The study of the history of clothing and textiles traces the availability and use of textiles and other materials and the development of technology for the making of clothing over human history. The wearing of clothing is exclusively a human characteristic and is a feature of most human societies.
It is not known when humans began wearing clothes but anthropologists believe that animal skins and vegetation were adapted into coverings as protection from cold, heat and rain, especially as humans migrated to new climates; and an alternative hypothesis is that covering may have been first used for other purposes, such as magic, decoration, cult, or prestige, and later found to be practical as well. Clothing and textiles have been important in human history and reflects the materials available to a civilization as well as the technologies that had been mastered. The social significance of the finished product reflects their culture.
Textiles can be felt or spun fibers made into yarn and subsequently netted, looped, knit or woven to make fabrics, which appeared in the Middle East during the late stone age. From ancient times to the present day, methods of textile production have continually evolved, and the choices of textiles available have influenced how people carried their possessions, clothed themselves, and decorated their surroundings.
Sources available for the study of clothing and textiles include material remains discovered via archaeology; representation of textiles and their manufacture in art; and documents concerning the manufacture, acquisition, use, and trade of fabrics, tools, and finished garments. Scholarship of textile history, especially its earlier stages, is part of material culture studies.
The development of textile and clothing manufacture in prehistory has been the subject of a number of scholarly studies since the late 20th century. These sources have helped to provide a coherent history of these prehistoric developments. Evidence suggests that human beings may have begun wearing clothing as far back as 100,000 to 500,000 years ago. Read more ...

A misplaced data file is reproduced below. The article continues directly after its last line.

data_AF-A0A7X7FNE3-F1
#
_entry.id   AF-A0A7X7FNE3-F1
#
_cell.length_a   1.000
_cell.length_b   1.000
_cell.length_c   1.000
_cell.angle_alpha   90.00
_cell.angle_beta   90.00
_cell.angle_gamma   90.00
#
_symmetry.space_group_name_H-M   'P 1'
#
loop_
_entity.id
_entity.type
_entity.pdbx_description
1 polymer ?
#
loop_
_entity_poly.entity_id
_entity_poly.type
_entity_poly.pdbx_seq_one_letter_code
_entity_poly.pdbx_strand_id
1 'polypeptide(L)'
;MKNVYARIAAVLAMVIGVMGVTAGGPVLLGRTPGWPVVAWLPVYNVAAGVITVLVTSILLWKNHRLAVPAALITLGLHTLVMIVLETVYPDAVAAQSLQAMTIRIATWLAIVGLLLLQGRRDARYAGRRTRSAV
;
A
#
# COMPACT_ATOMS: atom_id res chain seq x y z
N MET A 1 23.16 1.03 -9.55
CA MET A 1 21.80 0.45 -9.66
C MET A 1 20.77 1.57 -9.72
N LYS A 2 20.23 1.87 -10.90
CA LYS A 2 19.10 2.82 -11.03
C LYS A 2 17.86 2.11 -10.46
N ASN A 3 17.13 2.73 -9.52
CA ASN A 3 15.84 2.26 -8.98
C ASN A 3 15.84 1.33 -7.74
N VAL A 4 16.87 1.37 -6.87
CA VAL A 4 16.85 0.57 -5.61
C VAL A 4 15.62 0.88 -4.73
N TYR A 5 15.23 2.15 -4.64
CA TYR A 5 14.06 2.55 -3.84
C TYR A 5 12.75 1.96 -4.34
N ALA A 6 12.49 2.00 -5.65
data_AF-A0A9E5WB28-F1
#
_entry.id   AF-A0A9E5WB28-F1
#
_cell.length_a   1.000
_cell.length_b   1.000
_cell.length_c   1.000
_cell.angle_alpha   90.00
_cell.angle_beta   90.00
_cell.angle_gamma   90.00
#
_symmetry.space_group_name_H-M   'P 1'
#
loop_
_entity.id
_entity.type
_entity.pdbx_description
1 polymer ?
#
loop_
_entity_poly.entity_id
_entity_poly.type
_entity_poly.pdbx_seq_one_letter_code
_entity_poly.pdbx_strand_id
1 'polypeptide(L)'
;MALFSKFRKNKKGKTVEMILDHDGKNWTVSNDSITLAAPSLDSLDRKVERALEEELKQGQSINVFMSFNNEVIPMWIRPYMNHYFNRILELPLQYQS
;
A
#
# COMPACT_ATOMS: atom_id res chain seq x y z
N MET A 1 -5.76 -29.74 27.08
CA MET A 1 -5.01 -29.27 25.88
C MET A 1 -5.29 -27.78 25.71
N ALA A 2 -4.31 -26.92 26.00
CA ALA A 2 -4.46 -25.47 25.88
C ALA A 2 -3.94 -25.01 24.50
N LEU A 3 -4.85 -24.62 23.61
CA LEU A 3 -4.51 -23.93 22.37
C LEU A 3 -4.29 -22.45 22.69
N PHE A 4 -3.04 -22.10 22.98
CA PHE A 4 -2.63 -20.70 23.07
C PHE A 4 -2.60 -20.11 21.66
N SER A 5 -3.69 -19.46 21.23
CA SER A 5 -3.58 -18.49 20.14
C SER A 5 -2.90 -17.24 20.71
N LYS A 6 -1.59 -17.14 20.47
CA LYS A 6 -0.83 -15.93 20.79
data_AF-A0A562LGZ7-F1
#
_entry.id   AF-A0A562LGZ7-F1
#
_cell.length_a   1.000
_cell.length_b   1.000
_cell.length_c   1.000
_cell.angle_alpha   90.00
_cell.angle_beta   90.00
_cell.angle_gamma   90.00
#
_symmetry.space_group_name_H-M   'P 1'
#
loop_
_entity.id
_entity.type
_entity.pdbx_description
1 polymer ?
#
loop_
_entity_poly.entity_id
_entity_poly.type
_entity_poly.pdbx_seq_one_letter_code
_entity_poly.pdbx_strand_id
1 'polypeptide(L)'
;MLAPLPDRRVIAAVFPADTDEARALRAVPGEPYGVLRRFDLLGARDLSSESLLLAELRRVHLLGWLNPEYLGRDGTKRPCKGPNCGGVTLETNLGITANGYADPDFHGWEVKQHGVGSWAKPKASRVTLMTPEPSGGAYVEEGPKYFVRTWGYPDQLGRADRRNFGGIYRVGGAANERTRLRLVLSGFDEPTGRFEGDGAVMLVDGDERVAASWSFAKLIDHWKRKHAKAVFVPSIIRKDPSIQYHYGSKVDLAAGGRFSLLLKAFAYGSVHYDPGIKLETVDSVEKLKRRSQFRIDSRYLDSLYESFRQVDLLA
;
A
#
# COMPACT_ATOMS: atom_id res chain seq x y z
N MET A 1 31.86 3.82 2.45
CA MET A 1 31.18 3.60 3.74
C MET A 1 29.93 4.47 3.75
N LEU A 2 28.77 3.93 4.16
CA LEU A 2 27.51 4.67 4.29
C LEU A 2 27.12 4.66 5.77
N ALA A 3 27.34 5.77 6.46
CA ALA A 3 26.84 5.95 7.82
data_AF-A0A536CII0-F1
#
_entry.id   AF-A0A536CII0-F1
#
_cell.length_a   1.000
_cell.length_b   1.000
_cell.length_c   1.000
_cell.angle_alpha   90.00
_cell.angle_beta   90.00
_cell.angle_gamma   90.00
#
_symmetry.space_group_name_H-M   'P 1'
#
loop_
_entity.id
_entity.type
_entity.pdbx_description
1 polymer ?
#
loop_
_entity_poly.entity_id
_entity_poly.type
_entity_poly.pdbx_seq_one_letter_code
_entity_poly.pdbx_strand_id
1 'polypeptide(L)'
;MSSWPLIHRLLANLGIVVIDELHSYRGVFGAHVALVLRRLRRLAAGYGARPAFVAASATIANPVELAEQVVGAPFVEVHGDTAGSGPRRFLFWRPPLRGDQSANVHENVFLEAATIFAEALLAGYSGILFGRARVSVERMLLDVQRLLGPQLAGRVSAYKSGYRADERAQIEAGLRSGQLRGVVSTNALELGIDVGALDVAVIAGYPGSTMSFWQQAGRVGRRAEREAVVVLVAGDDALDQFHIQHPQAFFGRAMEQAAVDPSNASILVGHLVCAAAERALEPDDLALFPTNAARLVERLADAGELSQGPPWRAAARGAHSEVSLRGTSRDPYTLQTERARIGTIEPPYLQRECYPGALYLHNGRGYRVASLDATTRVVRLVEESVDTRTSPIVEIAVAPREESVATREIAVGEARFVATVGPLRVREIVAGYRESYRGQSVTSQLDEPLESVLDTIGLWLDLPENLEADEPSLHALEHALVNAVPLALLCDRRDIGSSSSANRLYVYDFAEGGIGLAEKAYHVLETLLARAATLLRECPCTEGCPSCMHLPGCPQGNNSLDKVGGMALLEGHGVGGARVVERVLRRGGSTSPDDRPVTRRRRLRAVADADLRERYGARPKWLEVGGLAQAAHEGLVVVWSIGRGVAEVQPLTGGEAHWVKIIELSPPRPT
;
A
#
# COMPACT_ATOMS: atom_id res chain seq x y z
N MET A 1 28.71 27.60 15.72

Ancient Tracks Reveal Oldest Evidence of Footwear Ever Found Science Alert - September 12, 2023
When and where did our ancestors first fashion footwear? We cannot look to physical evidence of shoes for the answer, as the perishable materials from which they were made would no longer be evident. Ichnology, the study of fossil tracks and traces, can help to answer this unresolved question through a search for clear evidence of footprints made by humans who were shod - that is, wearing some kind of foot covering. But this is no simple endeavor, as our research team from the Cape south coast ichnology project in South Africa recently reported. Over the past 15 years we have identified more than 350 vertebrate track-sites along the Cape coast. These include a number of tracks made by humans who were clearly walking or jogging barefoot, as evidenced by toe impressions.
Most ancient colored twine found BBC - September 10, 2009
A Georgian cave has yielded what scientists say are the earliest examples of humans making cords. The microscopic fibres, discovered accidentally while scientists were searching for pollen samples, are around 30,000 years old. A team reports in the journal Science that ancient humans probably used the plant fibres to carry tools, weave baskets or make garments.Some of the fibres are colored and appear to have been dyed.
Scraps Of Prehistoric Fabric Provide A View Of Ancient Life Science Daily - August 23, 2004
Fragments of ancient fabric - some dating back to the time the Coliseum was built in Rome - may give researchers better insight into the lives of Native Americans who lived in eastern North America some 800 to 2,000 years ago.
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